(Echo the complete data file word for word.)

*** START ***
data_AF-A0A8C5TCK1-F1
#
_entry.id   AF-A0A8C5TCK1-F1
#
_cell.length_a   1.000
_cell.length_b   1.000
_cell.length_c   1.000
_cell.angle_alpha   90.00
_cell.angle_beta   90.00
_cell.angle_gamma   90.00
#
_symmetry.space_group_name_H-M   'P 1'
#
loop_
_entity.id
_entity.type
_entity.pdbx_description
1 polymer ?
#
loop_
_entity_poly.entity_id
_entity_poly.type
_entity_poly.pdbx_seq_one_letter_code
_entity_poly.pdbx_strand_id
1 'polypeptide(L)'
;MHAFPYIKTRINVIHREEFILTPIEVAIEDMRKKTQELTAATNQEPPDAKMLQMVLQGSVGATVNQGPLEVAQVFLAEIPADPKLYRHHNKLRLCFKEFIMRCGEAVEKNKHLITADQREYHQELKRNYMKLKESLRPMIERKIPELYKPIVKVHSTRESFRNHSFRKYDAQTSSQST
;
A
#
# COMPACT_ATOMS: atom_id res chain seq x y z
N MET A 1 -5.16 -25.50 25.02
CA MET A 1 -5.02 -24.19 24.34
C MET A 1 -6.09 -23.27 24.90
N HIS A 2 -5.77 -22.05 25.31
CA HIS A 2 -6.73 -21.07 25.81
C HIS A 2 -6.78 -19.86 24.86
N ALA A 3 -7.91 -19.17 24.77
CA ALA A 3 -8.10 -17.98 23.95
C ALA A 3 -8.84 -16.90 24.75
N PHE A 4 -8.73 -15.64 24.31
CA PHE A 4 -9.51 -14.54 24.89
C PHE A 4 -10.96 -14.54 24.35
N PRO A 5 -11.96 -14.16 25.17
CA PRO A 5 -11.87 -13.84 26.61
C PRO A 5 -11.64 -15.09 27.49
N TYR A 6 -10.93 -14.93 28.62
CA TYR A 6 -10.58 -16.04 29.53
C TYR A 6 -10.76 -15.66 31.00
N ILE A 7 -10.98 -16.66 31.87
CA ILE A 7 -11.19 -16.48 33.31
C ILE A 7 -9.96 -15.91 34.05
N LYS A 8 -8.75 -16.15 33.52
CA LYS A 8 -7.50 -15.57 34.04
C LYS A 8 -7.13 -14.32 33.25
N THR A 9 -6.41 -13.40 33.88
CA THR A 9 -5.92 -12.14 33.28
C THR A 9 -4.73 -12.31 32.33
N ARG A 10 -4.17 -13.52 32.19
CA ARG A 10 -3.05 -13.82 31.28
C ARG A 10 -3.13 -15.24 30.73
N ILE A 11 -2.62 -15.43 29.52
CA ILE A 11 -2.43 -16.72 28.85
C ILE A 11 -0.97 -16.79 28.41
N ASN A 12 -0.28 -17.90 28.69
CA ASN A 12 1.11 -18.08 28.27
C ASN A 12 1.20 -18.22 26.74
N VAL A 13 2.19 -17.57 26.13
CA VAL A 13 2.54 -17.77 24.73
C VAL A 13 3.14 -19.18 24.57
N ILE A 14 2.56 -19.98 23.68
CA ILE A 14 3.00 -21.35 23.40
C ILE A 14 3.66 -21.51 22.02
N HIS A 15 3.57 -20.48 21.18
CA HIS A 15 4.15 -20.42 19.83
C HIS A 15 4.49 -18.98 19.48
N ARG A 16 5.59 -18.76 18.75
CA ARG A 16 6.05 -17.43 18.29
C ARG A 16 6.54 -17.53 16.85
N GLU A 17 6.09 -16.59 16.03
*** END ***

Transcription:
data_AF-A0A8C5TCK1-F1
#
_entry.id   AF-A0A8C5TCK1-F1
#
_cell.length_a   1.000
_cell.length_b   1.000
_cell.length_c   1.000
_cell.angle_alpha   90.00
_cell.angle_beta   90.00
_cell.angle_gamma   90.00
#
_symmetry.space_group_name_H-M   'P 1'
#
loop_
_entity.id
_entity.type
_entity.pdbx_description
1 polymer ?
#
loop_
_entity_poly.entity_id
_entity_poly.type
_entity_poly.pdbx_seq_one_letter_code
_entity_poly.pdbx_strand_id
1 'polypeptide(L)'
;MHAFPYIKTRINVIHREEFILTPIEVAIEDMRKKTQELTAATNQEPPDAKMLQMVLQGSVGATVNQGPLEVAQVFLAEIPADPKLYRHHNKLRLCFKEFIMRCGEAVEKNKHLITADQREYHQELKRNYMKLKESLRPMIERKIPELYKPIVKVHSTRESFRNHSFRKYDAQTSSQST
;
A
#
# COMPACT_ATOMS: atom_id res chain seq x y z
N MET A 1 -5.16 -25.50 25.02
CA MET A 1 -5.02 -24.19 24.34
C MET A 1 -6.09 -23.27 24.90
N HIS A 2 -5.77 -22.05 25.31
CA HIS A 2 -6.73 -21.07 25.81
C HIS A 2 -6.78 -19.86 24.86
N ALA A 3 -7.91 -19.17 24.77
CA ALA A 3 -8.10 -17.98 23.95
C ALA A 3 -8.84 -16.90 24.75
N PHE A 4 -8.73 -15.64 24.31
CA PHE A 4 -9.51 -14.54 24.89
C PHE A 4 -10.96 -14.54 24.35
N PRO A 5 -11.96 -14.16 25.17
CA PRO A 5 -11.87 -13.84 26.61
C PRO A 5 -11.64 -15.09 27.49
N TYR A 6 -10.93 -14.93 28.62
CA TYR A 6 -10.58 -16.04 29.53
C TYR A 6 -10.76 -15.66 31.00
N ILE A 7 -10.98 -16.66 31.87
CA ILE A 7 -11.19 -16.48 33.31
C ILE A 7 -9.96 -15.91 34.05
N LYS A 8 -8.75 -16.15 33.52
CA LYS A 8 -7.50 -15.57 34.04
C LYS A 8 -7.13 -14.32 33.25
N THR A 9 -6.41 -13.40 33.88
CA THR A 9 -5.92 -12.14 33.28
C THR A 9 -4.73 -12.31 32.33
N ARG A 10 -4.17 -13.52 32.19
CA ARG A 10 -3.05 -13.82 31.28
C ARG A 10 -3.13 -15.24 30.73
N ILE A 11 -2.62 -15.43 29.52
CA ILE A 11 -2.43 -16.72 28.85
C ILE A 11 -0.97 -16.79 28.41
N ASN A 12 -0.28 -17.90 28.69
CA ASN A 12 1.11 -18.08 28.27
C ASN A 12 1.20 -18.22 26.74
N VAL A 13 2.19 -17.57 26.13
CA VAL A 13 2.54 -17.77 24.73
C VAL A 13 3.14 -19.18 24.57
N ILE A 14 2.56 -19.98 23.68
CA ILE A 14 3.00 -21.35 23.40
C ILE A 14 3.66 -21.51 22.02
N HIS A 15 3.57 -20.48 21.18
CA HIS A 15 4.15 -20.42 19.83
C HIS A 15 4.49 -18.98 19.48
N ARG A 16 5.59 -18.76 18.75
CA ARG A 16 6.05 -17.43 18.29
C ARG A 16 6.54 -17.53 16.85
N GLU A 17 6.09 -16.59 16.03